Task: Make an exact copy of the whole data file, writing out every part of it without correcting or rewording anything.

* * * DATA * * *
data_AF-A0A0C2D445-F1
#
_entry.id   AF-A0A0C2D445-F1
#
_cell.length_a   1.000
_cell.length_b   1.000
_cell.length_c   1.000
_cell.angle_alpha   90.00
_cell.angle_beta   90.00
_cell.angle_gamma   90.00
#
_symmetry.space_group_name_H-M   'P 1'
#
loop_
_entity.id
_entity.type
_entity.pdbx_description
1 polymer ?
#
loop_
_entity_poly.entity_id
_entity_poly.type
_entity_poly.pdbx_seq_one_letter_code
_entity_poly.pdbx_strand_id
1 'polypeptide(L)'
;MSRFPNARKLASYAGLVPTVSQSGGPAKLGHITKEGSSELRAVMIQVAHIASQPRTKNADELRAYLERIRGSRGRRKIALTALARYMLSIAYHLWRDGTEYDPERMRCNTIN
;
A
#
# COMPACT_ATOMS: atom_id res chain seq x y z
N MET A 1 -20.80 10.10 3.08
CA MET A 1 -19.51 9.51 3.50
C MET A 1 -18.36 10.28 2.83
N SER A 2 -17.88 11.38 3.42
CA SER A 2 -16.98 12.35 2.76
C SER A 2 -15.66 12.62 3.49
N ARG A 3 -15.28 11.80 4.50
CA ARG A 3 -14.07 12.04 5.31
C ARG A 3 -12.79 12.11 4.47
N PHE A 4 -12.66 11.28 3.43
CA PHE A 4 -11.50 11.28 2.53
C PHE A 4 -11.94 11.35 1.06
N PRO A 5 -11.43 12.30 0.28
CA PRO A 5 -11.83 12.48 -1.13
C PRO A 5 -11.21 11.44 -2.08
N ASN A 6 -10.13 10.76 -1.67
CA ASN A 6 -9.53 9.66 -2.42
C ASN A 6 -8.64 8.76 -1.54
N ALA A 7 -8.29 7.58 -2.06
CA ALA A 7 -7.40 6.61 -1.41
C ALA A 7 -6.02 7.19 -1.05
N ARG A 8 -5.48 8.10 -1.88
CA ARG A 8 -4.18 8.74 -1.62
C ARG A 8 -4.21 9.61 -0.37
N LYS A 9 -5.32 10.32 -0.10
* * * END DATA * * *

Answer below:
data_AF-A0A0C2D445-F1
#
_entry.id   AF-A0A0C2D445-F1
#
_cell.length_a   1.000
_cell.length_b   1.000
_cell.length_c   1.000
_cell.angle_alpha   90.00
_cell.angle_beta   90.00
_cell.angle_gamma   90.00
#
_symmetry.space_group_name_H-M   'P 1'
#
loop_
_entity.id
_entity.type
_entity.pdbx_description
1 polymer ?
#
loop_
_entity_poly.entity_id
_entity_poly.type
_entity_poly.pdbx_seq_one_letter_code
_entity_poly.pdbx_strand_id
1 'polypeptide(L)'
;MSRFPNARKLASYAGLVPTVSQSGGPAKLGHITKEGSSELRAVMIQVAHIASQPRTKNADELRAYLERIRGSRGRRKIALTALARYMLSIAYHLWRDGTEYDPERMRCNTIN
;
A
#
# COMPACT_ATOMS: atom_id res chain seq x y z
N MET A 1 -20.80 10.10 3.08
CA MET A 1 -19.51 9.51 3.50
C MET A 1 -18.36 10.28 2.83
N SER A 2 -17.88 11.38 3.42
CA SER A 2 -16.98 12.35 2.76
C SER A 2 -15.66 12.62 3.49
N ARG A 3 -15.28 11.80 4.50
CA ARG A 3 -14.07 12.04 5.31
C ARG A 3 -12.79 12.11 4.47
N PHE A 4 -12.66 11.28 3.43
CA PHE A 4 -11.50 11.28 2.53
C PHE A 4 -11.94 11.35 1.06
N PRO A 5 -11.43 12.30 0.28
CA PRO A 5 -11.83 12.48 -1.13
C PRO A 5 -11.21 11.44 -2.08
N ASN A 6 -10.13 10.76 -1.67
CA ASN A 6 -9.53 9.66 -2.42
C ASN A 6 -8.64 8.76 -1.54
N ALA A 7 -8.29 7.58 -2.06
CA ALA A 7 -7.40 6.61 -1.41
C ALA A 7 -6.02 7.19 -1.05
N ARG A 8 -5.48 8.10 -1.88
CA ARG A 8 -4.18 8.74 -1.62
C ARG A 8 -4.21 9.61 -0.37
N LYS A 9 -5.32 10.32 -0.10